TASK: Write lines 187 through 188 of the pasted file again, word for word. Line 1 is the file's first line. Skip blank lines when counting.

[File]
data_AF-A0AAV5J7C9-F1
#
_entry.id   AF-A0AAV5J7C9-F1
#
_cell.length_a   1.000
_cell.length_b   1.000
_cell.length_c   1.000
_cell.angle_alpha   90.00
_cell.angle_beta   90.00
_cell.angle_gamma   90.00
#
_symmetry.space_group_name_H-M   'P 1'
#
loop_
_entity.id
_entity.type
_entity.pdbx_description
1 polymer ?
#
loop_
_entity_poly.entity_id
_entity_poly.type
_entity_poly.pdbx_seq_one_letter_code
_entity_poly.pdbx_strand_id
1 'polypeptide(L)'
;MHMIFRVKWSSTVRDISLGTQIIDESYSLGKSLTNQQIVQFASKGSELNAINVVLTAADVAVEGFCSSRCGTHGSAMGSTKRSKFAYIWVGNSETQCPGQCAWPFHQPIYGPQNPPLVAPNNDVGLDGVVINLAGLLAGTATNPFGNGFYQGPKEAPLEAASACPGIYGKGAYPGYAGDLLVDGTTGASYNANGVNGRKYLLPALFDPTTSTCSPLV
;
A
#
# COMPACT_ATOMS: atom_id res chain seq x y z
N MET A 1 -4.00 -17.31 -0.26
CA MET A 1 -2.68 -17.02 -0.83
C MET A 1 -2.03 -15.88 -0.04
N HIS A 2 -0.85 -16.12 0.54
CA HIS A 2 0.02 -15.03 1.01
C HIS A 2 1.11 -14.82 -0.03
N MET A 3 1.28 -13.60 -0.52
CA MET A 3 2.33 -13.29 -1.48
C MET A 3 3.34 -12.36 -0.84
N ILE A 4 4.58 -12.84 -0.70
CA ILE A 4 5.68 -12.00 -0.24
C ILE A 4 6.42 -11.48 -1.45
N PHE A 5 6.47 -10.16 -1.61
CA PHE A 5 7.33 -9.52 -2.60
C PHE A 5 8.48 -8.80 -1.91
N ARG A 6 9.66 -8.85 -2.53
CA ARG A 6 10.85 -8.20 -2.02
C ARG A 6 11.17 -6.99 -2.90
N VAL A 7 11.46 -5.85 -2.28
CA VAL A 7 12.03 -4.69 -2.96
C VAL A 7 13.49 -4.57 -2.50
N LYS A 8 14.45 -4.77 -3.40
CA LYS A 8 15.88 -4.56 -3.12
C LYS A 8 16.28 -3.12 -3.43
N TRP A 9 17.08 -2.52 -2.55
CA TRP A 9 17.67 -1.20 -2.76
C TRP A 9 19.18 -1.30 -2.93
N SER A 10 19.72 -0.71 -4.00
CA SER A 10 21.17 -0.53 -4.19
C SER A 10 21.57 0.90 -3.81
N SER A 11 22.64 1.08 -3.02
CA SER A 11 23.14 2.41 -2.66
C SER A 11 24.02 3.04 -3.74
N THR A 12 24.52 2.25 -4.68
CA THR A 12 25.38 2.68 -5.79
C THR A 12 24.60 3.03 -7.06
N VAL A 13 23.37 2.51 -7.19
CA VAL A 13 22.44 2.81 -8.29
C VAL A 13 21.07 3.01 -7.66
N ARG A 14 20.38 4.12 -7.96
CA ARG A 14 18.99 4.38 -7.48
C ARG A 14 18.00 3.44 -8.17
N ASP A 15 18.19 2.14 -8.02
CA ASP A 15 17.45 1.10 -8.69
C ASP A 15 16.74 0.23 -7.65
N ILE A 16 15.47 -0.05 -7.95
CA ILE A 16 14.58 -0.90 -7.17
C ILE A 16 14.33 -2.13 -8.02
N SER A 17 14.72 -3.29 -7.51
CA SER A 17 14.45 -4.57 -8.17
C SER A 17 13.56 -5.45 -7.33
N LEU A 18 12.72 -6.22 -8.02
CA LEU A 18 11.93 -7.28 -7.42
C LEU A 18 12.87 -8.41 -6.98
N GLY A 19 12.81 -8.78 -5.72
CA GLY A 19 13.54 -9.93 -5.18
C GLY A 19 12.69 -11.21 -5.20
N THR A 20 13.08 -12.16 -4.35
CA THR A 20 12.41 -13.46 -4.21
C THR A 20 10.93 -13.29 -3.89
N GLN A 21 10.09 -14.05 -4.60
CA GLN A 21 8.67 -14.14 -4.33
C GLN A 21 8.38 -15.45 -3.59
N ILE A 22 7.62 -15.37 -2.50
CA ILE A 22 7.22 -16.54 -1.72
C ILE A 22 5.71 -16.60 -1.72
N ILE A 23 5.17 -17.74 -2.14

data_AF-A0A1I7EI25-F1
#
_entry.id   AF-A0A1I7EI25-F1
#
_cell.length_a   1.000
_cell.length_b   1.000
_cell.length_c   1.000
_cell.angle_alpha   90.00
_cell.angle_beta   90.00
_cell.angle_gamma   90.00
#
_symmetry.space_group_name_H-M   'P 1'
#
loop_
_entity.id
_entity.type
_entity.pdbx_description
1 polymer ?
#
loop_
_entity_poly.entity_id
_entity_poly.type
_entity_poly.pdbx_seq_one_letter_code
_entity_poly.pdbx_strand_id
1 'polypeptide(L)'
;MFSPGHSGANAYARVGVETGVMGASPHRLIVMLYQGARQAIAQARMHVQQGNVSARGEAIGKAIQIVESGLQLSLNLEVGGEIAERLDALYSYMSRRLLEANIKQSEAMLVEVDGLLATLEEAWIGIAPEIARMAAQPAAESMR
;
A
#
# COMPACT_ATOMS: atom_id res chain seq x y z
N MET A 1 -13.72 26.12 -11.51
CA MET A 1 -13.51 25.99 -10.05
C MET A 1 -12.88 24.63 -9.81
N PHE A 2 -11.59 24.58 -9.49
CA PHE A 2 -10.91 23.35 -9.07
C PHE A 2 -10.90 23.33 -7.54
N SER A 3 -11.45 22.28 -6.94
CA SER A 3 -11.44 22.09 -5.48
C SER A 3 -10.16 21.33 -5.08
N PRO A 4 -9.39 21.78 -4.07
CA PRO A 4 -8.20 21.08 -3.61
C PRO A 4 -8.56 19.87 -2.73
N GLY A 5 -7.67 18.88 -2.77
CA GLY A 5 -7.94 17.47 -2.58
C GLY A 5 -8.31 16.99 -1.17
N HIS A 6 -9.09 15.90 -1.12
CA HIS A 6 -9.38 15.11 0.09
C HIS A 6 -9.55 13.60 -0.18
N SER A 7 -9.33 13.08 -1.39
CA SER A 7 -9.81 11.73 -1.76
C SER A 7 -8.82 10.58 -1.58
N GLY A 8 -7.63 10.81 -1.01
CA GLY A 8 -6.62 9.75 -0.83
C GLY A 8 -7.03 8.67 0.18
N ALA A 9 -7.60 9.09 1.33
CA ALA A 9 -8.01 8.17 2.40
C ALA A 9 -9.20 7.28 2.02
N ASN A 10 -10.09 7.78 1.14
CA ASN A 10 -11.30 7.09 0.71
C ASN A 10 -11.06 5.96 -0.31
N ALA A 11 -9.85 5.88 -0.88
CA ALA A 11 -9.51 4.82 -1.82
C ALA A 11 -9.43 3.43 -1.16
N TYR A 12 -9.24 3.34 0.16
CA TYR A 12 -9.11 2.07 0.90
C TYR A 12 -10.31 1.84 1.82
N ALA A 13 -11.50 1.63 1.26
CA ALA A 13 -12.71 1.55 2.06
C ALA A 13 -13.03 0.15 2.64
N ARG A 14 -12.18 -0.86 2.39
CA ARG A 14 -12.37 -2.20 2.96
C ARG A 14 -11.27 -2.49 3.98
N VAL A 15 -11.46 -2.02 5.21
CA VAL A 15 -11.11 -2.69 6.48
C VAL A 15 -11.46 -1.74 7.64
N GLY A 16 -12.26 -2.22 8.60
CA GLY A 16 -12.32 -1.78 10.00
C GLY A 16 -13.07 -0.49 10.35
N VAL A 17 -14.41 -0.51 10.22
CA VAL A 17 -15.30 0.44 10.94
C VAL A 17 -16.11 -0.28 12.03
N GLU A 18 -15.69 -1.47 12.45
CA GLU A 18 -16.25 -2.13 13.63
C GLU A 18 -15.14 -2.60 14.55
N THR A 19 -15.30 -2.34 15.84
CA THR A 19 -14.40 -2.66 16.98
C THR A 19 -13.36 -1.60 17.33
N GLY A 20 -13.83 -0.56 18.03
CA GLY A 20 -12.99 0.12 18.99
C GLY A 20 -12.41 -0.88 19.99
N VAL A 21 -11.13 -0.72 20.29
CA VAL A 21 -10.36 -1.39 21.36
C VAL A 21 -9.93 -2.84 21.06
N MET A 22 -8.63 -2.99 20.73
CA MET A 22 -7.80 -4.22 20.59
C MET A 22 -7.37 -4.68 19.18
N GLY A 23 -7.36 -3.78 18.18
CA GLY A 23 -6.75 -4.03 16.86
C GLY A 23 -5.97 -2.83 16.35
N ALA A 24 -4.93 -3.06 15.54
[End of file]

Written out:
C GLY A 20 -12.41 -0.88 19.99
N VAL A 21 -11.13 -0.72 20.29